It’s no secret that an abundance of high school students vape, but it’s difficult to gauge just how widespread it has become because people don’t usually talk about it openly outside of their friend groups. According to Betsy McKay and Jennifer Maloney of The Wall Street Journal, high school e-cigarette use has risen about 75% since 2017.
The first commercially successful e-cigarette was made in 2003 by Hon Lik, a Chinese pharmacist whose father died of cigarette-based lung cancer. While these devices have been proven to be less deadly than cigarettes, they are far from healthy and still deliver harmful and potentially toxic chemicals. Their original purpose was to help heavy smokers quit, officially called Electronic Nicotine Delivery Systems, which has been working for some. However, millions of non-smokers, a large amount of them adolescents, use ENDS for recreational purposes.
Juul has been taking the lead in e-cigarette sales (now worth more than $38 billion USD), possibly due to the variety of flavors available, but what seems to be keeping people hooked is the 5% nicotine content, unlike other vape companies that limit their nicotine to approximately 1.7%. Victoria Davis, Juul Labs Senior Director of Communications, has claimed that “Juul is intended for adult smokers only who want to switch from combustible cigarettes. We cannot be more emphatic on this point: No young person or non-nicotine user should ever try Juul.”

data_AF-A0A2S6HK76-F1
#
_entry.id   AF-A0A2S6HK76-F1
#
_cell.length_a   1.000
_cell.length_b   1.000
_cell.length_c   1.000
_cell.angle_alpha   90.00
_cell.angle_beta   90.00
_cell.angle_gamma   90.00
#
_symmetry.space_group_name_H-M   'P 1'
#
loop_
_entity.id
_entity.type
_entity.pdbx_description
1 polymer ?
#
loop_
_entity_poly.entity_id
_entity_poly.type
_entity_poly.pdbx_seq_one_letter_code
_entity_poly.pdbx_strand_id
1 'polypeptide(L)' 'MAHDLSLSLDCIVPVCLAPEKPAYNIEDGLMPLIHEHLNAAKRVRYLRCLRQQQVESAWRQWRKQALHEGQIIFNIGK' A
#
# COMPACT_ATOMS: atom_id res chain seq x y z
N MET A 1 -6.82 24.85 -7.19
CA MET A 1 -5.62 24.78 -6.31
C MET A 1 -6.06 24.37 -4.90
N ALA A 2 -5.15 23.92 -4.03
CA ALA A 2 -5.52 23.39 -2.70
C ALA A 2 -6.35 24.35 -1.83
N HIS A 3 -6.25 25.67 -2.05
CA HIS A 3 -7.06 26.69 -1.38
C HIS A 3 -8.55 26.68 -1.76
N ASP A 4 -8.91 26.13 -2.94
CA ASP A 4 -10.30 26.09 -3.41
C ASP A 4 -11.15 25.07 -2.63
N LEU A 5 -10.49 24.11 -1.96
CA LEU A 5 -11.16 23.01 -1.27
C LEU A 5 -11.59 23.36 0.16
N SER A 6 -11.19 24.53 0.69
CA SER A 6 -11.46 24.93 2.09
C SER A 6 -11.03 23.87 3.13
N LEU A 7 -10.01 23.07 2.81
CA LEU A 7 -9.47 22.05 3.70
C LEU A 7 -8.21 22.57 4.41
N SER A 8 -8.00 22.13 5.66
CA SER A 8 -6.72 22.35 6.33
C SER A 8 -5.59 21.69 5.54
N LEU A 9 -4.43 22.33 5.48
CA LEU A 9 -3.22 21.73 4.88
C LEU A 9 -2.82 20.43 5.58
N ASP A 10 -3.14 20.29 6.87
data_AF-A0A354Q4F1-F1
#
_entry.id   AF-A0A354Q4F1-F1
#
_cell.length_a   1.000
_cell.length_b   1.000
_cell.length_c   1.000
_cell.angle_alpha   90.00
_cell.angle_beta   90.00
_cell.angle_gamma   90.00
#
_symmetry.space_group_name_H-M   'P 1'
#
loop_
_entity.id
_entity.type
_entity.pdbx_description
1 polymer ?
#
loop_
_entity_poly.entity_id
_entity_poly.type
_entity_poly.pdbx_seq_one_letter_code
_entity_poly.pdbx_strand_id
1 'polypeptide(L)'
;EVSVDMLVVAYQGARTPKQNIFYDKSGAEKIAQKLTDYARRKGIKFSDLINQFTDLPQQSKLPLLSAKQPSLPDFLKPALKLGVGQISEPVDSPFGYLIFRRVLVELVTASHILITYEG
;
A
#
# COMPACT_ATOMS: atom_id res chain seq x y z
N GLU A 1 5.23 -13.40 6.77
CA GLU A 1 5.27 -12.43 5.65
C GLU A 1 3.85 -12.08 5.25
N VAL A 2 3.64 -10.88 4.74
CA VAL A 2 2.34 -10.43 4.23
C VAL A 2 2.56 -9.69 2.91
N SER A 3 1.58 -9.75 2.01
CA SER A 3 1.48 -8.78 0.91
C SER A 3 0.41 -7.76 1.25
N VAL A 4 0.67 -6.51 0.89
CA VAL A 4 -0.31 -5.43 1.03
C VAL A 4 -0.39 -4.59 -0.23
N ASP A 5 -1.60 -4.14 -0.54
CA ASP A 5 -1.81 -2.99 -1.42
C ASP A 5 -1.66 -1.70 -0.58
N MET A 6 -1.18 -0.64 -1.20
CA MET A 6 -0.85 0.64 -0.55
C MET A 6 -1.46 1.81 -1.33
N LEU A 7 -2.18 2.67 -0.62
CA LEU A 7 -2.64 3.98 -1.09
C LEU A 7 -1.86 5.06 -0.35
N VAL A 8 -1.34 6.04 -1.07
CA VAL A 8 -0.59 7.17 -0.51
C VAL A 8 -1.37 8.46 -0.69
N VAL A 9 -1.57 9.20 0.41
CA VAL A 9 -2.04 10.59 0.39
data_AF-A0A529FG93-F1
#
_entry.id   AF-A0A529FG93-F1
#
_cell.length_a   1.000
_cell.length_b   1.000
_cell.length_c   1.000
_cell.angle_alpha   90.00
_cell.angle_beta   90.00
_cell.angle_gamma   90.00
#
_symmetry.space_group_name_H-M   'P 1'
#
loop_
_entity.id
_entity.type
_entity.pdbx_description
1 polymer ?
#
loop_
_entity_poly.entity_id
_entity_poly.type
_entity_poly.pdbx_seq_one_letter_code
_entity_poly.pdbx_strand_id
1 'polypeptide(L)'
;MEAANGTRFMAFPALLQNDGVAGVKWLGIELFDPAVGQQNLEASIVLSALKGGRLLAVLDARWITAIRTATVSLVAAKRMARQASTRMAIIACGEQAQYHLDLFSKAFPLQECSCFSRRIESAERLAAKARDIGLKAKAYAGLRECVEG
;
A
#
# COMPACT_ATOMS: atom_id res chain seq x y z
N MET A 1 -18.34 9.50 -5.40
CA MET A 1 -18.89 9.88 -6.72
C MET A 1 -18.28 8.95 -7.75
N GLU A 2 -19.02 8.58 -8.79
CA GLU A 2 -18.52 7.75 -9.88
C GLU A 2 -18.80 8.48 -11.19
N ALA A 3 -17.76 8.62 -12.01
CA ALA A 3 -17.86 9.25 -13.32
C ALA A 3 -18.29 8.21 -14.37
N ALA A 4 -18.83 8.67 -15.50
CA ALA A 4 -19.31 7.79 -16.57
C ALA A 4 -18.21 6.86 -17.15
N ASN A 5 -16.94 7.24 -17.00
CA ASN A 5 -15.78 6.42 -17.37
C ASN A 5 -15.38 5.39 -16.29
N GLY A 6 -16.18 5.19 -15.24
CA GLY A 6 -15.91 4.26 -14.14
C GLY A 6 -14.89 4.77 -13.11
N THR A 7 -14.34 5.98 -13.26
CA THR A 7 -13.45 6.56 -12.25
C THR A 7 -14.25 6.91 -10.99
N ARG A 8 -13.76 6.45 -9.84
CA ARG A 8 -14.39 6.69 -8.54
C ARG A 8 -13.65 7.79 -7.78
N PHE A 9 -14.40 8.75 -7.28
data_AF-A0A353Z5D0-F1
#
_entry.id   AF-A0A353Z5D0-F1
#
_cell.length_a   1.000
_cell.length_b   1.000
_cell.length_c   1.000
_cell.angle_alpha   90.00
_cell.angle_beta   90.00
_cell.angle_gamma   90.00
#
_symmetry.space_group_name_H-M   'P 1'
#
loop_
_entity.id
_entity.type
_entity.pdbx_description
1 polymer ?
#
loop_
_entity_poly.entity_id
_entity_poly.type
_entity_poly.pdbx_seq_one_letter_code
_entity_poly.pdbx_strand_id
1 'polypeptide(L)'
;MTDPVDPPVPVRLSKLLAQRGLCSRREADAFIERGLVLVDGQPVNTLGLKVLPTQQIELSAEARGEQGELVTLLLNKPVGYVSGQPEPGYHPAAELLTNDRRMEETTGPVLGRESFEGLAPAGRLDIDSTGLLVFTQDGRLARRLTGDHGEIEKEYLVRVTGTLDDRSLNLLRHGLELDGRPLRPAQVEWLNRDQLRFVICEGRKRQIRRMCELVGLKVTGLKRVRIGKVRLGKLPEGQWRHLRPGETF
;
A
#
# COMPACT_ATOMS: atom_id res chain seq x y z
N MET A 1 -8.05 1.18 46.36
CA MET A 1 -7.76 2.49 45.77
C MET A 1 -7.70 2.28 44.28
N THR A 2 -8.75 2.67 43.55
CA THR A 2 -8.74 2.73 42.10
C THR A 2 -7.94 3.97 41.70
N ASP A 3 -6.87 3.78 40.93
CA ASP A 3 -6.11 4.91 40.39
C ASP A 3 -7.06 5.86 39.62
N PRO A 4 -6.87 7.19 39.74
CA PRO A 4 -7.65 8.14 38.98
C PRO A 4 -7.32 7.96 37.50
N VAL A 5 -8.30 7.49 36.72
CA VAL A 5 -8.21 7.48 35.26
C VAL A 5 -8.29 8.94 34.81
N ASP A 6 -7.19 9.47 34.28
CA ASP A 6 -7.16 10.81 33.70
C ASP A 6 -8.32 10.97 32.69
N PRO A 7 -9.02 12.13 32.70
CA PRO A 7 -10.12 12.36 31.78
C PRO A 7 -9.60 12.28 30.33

E-cigarette companies have been getting increasingly popular, scarily enough— the products they sell are free of the taxes placed on traditional cigarettes in most states and have a more easily accepted appearance as well. Sales have skyrocketed, more than tripling since 2014. It’s important to know that vape is a highly addictive drug that, like all other drugs, makes the consumer release an amount of dopamine that is much greater than any natural activity.
Given that dopamine causes people to become chemically happy, using an e-cigarette causes people to need it in order to experience happiness— anything that brought you happiness prior to use, such as playing sports or painting or hanging out with friends, will pale in comparison. In the same process, repeated and habitual vaping during adolescent years 12-18 is much more dangerous than later in life because major brain changes, proliferation, pruning, and myelination take place during that time. This means that vaping will become hardwired into the brain.
Major brain development, most importantly in the prefrontal cortex which is responsible for judging consequences in order to make intelligent decisions, finishes at 25 years. Teenage and young adult vulnerabilities such as this may be greatly contributing to the immense quantity of sales that are student purchases, and it definitely doesn’t help that companies may be targeting them in particular because of these cerebral functions. High school vaping makes for a lifetime customer, after all.